Empower speech with AssistiveTech

Assisting speech requests through touch enhances communication and inclusiveness for those in need.

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Many people face communication challenges due to brain injuries, degenerative diseases, and other causes. This can lead to frustration and isolation, but assistive technology and tailored communication approaches can help them connect with loved ones and caregivers, improving their quality of life.
We aim to give them a voice, allowing customised messages to be replayed from touch gestures. In future iterations gesture recognition from video machine learning or muscular flex sensing is intended to be developed.

Currently, 14 touch sensor phrases are planned for the initial release, but as each client may have varying abilities to activate them, we are developing with the view to offer significantly higher input variations with unique messages to accommodate these differences.

Some software exists for tablets offering similar concepts, but lack the ability to use interchangeable finger guides or expand to other input methods that can cater to the client's unique abilities.

Firstly, I want to address the issue of my spelling - I'm dyslexic and while I rely on assistive tech to perform read-aloud and spell check, it is not perfect. So please accept my apologies for poorly worded sentences or mistakes.

The #AssistiveTech solution I am presenting was initially designed for a specific client and started as a large joystick with 8 possible positions connected to an Arduino that played pre-recorded MP3 messages. A second client leant of this and wanted one with 4 large push buttons instead of the joystick. Talking to various carers of clients with degenerative muscular disorders It became apparent that there is a need for this kind of support device but it needs to be easily adapted to individuals' needs based on their movement capabilities. To accommodate this, it was decided to make a voice control board that was independent of the input sensing board so variations could be more readily adapted.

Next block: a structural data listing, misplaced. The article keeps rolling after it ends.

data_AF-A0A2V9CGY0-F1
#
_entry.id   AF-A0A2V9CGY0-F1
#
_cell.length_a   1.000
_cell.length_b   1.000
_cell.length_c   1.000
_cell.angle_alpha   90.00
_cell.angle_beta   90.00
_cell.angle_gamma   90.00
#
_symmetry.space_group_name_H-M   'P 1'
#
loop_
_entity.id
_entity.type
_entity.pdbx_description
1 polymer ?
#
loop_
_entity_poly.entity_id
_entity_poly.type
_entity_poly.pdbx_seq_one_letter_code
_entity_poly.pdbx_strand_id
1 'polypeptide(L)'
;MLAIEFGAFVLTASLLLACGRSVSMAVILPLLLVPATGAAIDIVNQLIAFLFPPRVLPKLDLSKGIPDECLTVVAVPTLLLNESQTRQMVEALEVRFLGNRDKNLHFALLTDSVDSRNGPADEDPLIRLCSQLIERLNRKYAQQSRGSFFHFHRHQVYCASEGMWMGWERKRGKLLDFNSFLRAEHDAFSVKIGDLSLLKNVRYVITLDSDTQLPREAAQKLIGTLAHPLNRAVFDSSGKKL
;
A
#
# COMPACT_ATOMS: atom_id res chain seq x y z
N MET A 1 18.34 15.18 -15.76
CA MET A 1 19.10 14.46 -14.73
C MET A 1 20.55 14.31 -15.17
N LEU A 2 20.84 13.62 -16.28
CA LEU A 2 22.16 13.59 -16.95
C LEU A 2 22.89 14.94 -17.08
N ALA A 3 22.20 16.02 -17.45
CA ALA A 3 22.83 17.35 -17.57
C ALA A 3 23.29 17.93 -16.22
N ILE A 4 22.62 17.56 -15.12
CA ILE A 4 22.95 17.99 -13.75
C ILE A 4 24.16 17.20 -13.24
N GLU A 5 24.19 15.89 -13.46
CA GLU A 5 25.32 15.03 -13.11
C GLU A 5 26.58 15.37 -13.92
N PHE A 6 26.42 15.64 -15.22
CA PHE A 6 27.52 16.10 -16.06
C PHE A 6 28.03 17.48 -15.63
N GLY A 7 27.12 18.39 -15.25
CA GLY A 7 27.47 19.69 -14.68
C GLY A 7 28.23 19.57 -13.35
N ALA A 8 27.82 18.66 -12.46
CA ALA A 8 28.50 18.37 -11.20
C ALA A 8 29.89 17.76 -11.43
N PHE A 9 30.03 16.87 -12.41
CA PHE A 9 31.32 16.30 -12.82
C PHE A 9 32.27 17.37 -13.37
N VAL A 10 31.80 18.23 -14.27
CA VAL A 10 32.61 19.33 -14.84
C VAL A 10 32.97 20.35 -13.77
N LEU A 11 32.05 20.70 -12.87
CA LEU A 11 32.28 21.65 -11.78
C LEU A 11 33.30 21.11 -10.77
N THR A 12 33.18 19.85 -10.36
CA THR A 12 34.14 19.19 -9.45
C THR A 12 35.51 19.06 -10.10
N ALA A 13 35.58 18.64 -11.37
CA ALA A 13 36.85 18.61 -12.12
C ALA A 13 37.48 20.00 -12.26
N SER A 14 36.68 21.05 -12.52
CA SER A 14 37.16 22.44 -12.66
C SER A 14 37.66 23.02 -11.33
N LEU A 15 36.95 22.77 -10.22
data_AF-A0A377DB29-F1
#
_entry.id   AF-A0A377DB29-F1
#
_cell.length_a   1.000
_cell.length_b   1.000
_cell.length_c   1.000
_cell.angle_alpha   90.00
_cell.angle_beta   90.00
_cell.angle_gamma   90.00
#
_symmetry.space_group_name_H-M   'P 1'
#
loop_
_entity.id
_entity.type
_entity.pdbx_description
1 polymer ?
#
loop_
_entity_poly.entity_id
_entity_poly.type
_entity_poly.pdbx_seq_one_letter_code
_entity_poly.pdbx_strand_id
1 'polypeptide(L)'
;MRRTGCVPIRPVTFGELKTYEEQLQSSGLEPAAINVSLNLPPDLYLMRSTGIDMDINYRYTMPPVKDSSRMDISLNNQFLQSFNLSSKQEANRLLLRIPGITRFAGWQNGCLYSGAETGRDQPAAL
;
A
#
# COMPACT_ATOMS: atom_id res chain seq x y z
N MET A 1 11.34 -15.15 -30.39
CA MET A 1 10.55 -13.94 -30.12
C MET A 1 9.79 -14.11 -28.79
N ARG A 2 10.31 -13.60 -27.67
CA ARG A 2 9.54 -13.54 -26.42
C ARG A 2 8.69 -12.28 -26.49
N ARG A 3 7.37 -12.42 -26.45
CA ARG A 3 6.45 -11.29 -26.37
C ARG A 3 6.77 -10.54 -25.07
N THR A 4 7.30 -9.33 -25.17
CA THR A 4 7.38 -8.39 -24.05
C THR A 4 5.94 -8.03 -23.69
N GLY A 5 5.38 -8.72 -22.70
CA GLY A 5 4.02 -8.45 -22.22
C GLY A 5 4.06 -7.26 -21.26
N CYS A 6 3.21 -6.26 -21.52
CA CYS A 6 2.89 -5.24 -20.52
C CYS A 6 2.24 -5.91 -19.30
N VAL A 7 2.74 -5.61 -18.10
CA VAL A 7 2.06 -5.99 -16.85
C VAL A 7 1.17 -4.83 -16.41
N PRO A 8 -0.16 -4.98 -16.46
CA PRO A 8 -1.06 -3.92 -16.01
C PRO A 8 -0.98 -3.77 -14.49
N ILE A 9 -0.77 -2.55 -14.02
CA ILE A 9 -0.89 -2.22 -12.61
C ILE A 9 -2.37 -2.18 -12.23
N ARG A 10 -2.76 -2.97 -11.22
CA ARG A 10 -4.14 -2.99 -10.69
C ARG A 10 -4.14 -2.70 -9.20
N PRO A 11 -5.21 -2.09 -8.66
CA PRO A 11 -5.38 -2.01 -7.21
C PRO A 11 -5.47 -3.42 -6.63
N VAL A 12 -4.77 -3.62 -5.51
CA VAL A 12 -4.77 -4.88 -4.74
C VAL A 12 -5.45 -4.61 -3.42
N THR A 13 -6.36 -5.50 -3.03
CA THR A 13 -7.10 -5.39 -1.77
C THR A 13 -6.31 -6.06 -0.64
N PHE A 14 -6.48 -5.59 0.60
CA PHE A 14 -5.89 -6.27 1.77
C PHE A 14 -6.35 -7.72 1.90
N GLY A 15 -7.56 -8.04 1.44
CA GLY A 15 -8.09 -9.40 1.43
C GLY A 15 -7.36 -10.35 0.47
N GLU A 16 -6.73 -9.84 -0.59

Original Joystick based version
Original Joystick based version

Planned Capacitive Touch Version

The currently planned design is to use capacitive touch sensors that can sense through a 3D printed case that is customised to meet the clients requirements, Initial tests were performed using off-the-shelf touch sensors but they had varying sensitivity results so a custom PCB was designed with 14 buttons. The number of buttons was based on the inputs available on the Microchip MTCH108-I/SS sensing chip (7 inputs).

The sensitive areas were made to be large enough to easily contact, even with limited movement control, and to aid the finger placement, 3D printed guides were designed in Fusion 360 as shown below. While all 14 positions can play a custom message, the larger positions are intended for common answers such as yes/no. 

Interchangable finger guides
Interchangeable finger guides

All messages are recorded to match the user's specific requirements and can be in a voice and language to suit. In some cases, the message is repeated in two languages. One for the user and the other for the carer, which aids both parties.

The device is housed in an enclosure that has inter-changeable finger guides to allow easy modification to meet the users' needs. 

Currently, the electronics operate from a battery that will last around 4 days between charges. There is a plan to incorporate wireless charging to make it easier for a mobility-impaired person, avoiding the need to plug in small plugs. This will also improve the splash resistance and cleaning of the device. 

The recording of the messages is in an MP3 format and this can be performed on many recording devices including a mobile phone. Message length can be any length but it has been found that less than 10 seconds is ideal. Once recorded, the MP3 are named numerically to correspond to the button position and uploaded to the processor via a computer where it is seen as a USB flash drive. 

Because the target user often has poor movement control, the message will only play once per button every 15 seconds, avoiding repeat messages if they hold their finger on the button or press multiple times.